Allergen immunotherapy with cat allergen peptides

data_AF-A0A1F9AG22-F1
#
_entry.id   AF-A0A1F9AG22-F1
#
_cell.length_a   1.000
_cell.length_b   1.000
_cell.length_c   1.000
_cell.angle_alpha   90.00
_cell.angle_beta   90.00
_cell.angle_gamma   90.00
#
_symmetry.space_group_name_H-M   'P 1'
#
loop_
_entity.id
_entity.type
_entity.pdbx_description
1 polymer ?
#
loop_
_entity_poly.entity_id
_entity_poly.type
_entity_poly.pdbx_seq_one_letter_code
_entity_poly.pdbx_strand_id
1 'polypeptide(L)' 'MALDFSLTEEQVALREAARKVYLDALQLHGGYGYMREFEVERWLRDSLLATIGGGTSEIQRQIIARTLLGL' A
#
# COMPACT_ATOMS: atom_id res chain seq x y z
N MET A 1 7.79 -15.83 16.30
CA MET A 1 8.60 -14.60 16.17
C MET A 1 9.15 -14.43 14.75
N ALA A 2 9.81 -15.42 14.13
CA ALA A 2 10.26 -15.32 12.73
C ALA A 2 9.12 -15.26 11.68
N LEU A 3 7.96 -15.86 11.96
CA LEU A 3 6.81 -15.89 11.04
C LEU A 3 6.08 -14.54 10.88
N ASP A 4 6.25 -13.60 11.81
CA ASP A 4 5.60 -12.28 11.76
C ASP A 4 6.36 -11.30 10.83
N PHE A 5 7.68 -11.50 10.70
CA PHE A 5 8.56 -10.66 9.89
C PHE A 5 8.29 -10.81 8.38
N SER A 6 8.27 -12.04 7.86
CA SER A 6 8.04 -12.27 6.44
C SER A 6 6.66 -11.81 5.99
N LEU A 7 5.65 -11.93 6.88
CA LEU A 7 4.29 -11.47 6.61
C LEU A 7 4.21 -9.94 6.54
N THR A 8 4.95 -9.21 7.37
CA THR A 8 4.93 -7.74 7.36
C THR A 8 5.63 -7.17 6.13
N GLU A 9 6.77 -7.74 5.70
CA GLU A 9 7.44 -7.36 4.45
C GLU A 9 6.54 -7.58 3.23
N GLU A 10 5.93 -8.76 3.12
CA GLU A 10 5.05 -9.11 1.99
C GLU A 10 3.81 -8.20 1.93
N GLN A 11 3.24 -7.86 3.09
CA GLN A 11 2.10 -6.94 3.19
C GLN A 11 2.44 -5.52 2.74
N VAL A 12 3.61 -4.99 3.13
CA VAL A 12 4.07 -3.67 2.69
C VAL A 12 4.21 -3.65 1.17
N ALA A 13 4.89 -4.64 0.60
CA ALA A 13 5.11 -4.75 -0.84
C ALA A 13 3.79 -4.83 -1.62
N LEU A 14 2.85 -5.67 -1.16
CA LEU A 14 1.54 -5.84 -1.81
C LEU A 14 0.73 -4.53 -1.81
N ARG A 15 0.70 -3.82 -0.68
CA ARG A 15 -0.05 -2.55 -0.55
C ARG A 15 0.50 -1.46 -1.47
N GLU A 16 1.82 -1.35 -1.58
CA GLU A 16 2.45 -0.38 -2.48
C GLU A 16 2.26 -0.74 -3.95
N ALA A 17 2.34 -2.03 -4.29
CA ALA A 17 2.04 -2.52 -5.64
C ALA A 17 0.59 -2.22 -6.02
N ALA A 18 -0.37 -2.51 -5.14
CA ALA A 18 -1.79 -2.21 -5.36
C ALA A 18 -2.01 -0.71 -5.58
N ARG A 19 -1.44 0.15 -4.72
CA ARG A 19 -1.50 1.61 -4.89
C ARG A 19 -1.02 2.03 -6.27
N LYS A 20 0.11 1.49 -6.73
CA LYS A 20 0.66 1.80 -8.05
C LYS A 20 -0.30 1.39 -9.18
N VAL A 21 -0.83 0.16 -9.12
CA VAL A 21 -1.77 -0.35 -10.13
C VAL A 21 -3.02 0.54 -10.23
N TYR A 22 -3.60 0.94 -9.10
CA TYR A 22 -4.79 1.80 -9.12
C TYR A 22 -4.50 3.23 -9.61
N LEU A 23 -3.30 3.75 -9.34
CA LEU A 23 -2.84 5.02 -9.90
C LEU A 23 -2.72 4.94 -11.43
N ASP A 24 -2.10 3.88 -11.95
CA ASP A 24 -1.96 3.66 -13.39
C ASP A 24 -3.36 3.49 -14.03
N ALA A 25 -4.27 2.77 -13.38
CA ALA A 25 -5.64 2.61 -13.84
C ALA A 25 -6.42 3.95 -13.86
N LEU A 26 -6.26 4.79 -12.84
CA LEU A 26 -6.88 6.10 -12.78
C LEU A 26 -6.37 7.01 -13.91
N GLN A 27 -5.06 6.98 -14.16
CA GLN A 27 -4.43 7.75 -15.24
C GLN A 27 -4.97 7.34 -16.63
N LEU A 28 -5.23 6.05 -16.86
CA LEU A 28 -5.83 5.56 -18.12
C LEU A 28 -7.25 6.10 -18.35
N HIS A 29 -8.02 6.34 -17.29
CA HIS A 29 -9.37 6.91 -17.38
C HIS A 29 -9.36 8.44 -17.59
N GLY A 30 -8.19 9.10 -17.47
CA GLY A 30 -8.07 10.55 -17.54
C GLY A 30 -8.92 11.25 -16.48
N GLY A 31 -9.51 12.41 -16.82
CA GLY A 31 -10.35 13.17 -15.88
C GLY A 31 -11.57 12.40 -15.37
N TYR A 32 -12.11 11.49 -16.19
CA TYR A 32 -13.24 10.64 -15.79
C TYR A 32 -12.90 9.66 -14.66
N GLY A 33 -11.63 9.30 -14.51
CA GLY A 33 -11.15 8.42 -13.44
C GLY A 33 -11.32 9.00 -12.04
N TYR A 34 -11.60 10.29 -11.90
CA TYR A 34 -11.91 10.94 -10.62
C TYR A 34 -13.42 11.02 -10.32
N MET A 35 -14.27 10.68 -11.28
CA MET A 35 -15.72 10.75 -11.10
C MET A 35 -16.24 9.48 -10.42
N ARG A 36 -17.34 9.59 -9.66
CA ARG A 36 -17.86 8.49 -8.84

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Desensitising therapy for allergic diseases has changed little over almost a century of practice. Administration of increasing doses of extracts of allergen source material has been shown to be reproducibly effective when patients are carefully selected and appropriate concentrations of allergen employed. However, specific immunotherapy is limited by the interaction of specific IgE with allergen, leading to a relatively high frequency of adverse events including anaphylaxis and death. Several strategies have been developed to tackle this issue. Most of these rely on reducing the allergenicity of the treatment, whilst maintaining the immunogenicity. The use of short, synthetic peptide sequences corresponding to T-cell epitopes from the allergen has been shown to modify surrogate markers of allergy including cutaneous responses to allergen challenge and ex vivo parameters of T-cell activation. This review discusses recent advances in our understanding of the mechanisms and potential efficacy of this form of therapy.
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